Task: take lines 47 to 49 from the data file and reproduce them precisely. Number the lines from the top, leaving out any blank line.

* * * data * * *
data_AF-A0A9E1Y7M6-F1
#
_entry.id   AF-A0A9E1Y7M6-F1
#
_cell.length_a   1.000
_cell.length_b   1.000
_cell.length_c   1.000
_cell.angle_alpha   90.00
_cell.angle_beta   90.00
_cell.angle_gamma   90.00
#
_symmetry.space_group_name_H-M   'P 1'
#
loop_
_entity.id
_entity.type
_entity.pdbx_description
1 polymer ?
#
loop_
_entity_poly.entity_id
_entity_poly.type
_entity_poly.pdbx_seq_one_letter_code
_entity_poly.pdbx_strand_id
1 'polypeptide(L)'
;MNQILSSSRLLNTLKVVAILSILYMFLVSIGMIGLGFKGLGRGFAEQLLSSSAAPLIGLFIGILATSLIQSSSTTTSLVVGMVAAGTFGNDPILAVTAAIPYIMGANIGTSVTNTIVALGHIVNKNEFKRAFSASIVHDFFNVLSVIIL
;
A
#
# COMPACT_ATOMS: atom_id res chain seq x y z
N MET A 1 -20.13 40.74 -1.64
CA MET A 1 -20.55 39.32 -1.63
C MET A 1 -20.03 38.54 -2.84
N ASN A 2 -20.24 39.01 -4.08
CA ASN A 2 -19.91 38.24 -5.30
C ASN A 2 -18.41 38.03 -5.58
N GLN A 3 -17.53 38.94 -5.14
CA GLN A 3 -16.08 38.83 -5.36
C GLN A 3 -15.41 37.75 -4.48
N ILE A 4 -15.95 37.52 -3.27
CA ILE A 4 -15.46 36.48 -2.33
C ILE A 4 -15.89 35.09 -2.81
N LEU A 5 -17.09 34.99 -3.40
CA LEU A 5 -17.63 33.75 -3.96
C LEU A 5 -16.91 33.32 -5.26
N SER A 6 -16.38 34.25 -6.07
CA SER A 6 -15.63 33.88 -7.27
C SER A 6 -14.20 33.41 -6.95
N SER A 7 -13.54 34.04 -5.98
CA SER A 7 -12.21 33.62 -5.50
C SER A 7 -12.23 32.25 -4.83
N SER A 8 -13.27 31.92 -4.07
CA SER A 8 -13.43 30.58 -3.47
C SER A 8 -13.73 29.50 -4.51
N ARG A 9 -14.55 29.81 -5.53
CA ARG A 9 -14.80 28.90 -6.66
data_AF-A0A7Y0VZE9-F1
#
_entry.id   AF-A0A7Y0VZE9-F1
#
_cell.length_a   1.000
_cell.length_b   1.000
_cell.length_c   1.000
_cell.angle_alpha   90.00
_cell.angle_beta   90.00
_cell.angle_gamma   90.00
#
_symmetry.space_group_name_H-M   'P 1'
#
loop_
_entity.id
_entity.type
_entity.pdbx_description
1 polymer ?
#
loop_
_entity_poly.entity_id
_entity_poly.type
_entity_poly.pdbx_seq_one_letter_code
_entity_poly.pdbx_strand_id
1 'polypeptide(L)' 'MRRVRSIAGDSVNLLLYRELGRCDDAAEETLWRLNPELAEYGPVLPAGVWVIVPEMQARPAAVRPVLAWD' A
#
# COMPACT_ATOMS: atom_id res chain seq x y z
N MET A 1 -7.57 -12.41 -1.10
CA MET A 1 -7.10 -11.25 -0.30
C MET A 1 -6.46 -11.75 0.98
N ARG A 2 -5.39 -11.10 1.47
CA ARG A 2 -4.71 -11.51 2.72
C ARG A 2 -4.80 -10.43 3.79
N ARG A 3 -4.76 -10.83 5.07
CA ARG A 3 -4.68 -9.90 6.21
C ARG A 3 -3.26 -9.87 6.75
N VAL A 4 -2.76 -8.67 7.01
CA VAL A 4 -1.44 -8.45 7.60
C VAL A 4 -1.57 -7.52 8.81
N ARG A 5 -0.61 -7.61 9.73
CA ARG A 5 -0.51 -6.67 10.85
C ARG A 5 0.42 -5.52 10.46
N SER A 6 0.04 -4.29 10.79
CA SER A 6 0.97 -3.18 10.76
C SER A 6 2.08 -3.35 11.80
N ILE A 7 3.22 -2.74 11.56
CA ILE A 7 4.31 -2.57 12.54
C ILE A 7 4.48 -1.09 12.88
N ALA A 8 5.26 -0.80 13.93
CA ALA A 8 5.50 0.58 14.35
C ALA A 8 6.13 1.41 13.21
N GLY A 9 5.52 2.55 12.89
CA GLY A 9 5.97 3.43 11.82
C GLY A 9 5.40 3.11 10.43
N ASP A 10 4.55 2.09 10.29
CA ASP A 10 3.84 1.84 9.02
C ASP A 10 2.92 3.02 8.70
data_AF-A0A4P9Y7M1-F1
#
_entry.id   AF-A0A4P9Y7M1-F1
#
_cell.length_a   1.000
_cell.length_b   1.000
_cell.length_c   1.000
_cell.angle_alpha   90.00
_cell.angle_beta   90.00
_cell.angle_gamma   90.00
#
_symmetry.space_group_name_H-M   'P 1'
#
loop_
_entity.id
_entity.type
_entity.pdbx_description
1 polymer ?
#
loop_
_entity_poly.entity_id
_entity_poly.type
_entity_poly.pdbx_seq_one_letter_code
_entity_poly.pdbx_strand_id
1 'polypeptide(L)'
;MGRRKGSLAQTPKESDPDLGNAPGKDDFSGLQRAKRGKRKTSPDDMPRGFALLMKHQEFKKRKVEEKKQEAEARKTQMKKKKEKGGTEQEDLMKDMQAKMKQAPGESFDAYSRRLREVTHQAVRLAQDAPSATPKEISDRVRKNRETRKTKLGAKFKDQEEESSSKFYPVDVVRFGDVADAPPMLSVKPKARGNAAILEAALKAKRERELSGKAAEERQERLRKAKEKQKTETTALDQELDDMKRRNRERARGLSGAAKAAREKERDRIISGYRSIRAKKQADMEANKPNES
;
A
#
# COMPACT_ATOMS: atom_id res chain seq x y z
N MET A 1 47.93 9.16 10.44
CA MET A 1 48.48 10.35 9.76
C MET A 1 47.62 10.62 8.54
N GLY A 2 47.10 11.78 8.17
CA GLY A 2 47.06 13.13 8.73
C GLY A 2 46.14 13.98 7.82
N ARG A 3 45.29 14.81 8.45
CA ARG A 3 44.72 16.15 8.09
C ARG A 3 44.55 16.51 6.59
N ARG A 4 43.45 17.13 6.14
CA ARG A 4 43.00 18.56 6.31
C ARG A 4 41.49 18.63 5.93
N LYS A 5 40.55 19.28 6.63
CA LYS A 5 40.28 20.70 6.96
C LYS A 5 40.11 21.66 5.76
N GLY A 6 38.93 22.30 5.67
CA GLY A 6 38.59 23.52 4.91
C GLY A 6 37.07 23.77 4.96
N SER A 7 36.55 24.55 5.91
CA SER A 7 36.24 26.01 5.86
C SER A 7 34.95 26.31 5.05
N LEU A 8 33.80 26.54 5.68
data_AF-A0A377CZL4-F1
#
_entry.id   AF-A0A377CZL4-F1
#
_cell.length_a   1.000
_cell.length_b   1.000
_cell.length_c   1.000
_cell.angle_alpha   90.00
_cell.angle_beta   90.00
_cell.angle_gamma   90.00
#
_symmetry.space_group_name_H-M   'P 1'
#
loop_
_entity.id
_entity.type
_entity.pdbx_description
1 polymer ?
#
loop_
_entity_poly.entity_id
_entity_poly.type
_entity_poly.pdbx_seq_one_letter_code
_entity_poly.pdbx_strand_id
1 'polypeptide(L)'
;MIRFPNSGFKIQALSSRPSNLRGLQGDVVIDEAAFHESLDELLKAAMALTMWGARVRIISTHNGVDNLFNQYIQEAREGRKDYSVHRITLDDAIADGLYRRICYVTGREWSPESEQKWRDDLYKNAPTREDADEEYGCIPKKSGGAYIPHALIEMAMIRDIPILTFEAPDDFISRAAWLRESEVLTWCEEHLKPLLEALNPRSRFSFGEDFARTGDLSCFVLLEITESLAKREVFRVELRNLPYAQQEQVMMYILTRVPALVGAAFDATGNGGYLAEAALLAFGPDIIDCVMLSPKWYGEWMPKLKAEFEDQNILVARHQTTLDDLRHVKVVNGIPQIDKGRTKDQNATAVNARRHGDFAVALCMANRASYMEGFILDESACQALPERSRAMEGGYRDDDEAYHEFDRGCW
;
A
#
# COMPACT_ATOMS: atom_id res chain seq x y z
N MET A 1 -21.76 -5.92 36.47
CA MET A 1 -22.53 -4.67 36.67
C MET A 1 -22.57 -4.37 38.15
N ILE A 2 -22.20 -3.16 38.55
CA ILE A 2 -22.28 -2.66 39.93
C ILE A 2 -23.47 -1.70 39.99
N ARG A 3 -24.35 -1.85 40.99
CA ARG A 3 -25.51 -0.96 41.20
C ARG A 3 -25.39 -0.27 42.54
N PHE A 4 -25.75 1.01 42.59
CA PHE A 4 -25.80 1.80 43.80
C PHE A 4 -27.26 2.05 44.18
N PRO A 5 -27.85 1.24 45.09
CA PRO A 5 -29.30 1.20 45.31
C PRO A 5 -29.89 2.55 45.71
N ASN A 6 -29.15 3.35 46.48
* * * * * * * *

CA SER A 6 -15.63 33.88 -7.27
C SER A 6 -14.20 33.41 -6.95
N SER A 7 -13.54 34.04 -5.98